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APS efficiency dividend

The decision by the Coalition Government today to extend the efficiency dividend and lift the rate by 0.5%, effectively cutting some $2.7 billion from the Australian Public Service (APS) over the next four years is ill-conceived and one I oppose.

While budget repair is needed, it should not come at the cost of the APS. The pandemic has shown how vital it is to have a strong and well-resourced public service.

The efficiency dividend is applied equally across the entire APS, and disproportionately impacts smaller agencies who deliver important work.

People across the community are feeling the negative impacts from the cuts already made to existing APS capacity.

We’ve seen reports of service delivery falling down across the board whether that’s in processing the claims off or our veterans, those seeking support from Services Australia or with the resourcing of frontline like the Australian Federal Police.

The APS cannot do its job for Australians if it is running on a skeleton crew. This is a time to invest in the APS, not rip money out.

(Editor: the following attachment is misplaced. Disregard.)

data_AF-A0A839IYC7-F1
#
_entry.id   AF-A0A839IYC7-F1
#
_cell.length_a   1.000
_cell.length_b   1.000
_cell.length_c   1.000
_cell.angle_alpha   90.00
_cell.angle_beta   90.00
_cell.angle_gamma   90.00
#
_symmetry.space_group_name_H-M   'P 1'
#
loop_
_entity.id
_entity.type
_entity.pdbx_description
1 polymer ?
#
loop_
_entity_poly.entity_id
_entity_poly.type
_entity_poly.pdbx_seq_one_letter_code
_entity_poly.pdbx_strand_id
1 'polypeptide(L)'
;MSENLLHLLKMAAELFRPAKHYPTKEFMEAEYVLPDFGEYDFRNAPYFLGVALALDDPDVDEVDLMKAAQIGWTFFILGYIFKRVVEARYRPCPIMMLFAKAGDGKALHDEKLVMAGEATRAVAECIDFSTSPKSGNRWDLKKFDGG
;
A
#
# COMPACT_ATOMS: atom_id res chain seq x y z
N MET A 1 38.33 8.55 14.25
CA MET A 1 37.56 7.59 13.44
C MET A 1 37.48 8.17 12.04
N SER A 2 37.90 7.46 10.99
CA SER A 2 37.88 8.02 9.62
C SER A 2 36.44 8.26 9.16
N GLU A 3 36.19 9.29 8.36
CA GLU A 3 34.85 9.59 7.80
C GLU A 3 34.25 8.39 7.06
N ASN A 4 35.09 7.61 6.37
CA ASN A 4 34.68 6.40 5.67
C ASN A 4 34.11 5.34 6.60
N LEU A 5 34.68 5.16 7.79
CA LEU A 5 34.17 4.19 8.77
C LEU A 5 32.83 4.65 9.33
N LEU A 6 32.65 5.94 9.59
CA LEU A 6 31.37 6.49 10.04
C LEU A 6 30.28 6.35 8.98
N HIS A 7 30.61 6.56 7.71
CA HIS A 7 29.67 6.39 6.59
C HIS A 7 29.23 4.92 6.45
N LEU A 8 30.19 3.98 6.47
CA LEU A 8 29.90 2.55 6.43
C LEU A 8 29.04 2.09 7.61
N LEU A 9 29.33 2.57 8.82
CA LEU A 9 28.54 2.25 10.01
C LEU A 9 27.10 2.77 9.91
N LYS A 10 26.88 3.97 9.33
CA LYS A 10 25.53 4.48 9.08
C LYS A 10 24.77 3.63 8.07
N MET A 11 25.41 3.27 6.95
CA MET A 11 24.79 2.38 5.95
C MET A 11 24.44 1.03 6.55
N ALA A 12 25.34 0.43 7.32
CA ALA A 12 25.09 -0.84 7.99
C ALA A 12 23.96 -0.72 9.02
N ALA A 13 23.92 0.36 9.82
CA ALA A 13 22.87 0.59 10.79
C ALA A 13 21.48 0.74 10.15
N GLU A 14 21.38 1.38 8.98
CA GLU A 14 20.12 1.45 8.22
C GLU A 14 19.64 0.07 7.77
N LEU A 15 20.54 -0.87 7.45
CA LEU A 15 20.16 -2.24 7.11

This is a short-sighted approach that will do more harm than good and lead to greater inefficiencies in the long run.

Our APS does incredible work for the community and deserves to be valued and properly resourced.

This ongoing threat to the APS is another reason why we need an independent voice in the Senate standing up for ACT and the future of our public service.

More than ever, we need public servants delivering frank and fearless advice to the government of the day, developing good public policy and helping restore integrity and accountability to the political process.

Yet again, this shows the disrespect for Canberrans and the expertise and professionalism of our public sector. 

Each dollar ripped out of the APS is yet another dollar ripped out of Canberra.

Wherever I go around Canberra, across hundreds of conversations this is something the community raises with me.

Cutting down on government waste, pork-barrelling and mismanagement would be a much better start when it comes to improving the budget bottom line.

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